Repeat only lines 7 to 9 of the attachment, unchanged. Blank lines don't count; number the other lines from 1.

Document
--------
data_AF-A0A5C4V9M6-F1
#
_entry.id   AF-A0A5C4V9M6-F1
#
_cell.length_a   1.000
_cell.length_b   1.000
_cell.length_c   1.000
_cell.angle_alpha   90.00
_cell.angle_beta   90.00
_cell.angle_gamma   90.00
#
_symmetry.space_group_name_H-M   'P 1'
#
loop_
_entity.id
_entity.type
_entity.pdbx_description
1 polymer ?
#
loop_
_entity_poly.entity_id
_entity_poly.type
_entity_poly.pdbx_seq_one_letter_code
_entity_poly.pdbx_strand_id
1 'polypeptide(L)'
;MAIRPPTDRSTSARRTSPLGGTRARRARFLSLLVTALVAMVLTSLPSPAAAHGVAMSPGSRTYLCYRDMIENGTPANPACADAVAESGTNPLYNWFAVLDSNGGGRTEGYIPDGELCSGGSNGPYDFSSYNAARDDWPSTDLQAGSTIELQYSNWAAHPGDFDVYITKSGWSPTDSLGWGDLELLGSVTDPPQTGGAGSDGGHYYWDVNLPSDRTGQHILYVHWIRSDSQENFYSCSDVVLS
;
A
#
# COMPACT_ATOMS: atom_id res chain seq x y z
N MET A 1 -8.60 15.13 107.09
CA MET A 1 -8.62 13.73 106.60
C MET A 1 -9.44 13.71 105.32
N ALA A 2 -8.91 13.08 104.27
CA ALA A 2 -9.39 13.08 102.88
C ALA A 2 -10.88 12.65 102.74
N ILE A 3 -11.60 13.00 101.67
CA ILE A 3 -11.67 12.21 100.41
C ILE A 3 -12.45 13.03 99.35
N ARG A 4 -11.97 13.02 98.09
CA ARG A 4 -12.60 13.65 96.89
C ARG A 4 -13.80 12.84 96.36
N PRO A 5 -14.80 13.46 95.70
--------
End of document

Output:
_cell.length_c   1.000
_cell.angle_alpha   90.00
_cell.angle_beta   90.00